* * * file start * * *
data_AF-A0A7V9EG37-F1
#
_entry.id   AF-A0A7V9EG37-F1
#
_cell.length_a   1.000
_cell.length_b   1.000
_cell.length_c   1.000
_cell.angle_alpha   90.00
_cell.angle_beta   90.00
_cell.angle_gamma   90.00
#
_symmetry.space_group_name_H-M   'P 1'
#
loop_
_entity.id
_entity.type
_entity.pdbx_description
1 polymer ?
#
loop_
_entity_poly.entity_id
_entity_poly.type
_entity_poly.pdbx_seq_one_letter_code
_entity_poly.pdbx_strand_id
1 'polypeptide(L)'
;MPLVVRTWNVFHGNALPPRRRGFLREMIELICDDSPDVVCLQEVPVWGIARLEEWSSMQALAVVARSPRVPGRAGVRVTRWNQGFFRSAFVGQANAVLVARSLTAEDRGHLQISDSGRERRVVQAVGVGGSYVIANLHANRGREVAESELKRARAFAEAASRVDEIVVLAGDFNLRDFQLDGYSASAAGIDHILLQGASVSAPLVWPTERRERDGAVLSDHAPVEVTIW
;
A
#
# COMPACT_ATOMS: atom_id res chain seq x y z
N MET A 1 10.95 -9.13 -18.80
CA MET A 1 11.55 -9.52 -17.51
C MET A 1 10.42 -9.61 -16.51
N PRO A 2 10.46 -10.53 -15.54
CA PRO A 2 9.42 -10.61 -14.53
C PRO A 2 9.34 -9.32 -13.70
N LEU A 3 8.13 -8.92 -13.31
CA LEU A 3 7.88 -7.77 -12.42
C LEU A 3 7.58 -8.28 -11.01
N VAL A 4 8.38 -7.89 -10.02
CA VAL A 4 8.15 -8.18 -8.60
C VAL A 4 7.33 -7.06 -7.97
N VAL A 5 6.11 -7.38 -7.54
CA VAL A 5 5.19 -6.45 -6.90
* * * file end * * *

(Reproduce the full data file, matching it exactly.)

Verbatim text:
data_AF-A0A7V9EG37-F1
#
_entry.id   AF-A0A7V9EG37-F1
#
_cell.length_a   1.000
_cell.length_b   1.000
_cell.length_c   1.000
_cell.angle_alpha   90.00
_cell.angle_beta   90.00
_cell.angle_gamma   90.00
#
_symmetry.space_group_name_H-M   'P 1'
#
loop_
_entity.id
_entity.type
_entity.pdbx_description
1 polymer ?
#
loop_
_entity_poly.entity_id
_entity_poly.type
_entity_poly.pdbx_seq_one_letter_code
_entity_poly.pdbx_strand_id
1 'polypeptide(L)'
;MPLVVRTWNVFHGNALPPRRRGFLREMIELICDDSPDVVCLQEVPVWGIARLEEWSSMQALAVVARSPRVPGRAGVRVTRWNQGFFRSAFVGQANAVLVARSLTAEDRGHLQISDSGRERRVVQAVGVGGSYVIANLHANRGREVAESELKRARAFAEAASRVDEIVVLAGDFNLRDFQLDGYSASAAGIDHILLQGASVSAPLVWPTERRERDGAVLSDHAPVEVTIW
;
A
#
# COMPACT_ATOMS: atom_id res chain seq x y z
N MET A 1 10.95 -9.13 -18.80
CA MET A 1 11.55 -9.52 -17.51
C MET A 1 10.42 -9.61 -16.51
N PRO A 2 10.46 -10.53 -15.54
CA PRO A 2 9.42 -10.61 -14.53
C PRO A 2 9.34 -9.32 -13.70
N LEU A 3 8.13 -8.92 -13.31
CA LEU A 3 7.88 -7.77 -12.42
C LEU A 3 7.58 -8.28 -11.01
N VAL A 4 8.38 -7.89 -10.02
CA VAL A 4 8.15 -8.18 -8.60
C VAL A 4 7.33 -7.06 -7.97
N VAL A 5 6.11 -7.38 -7.54
CA VAL A 5 5.19 -6.45 -6.90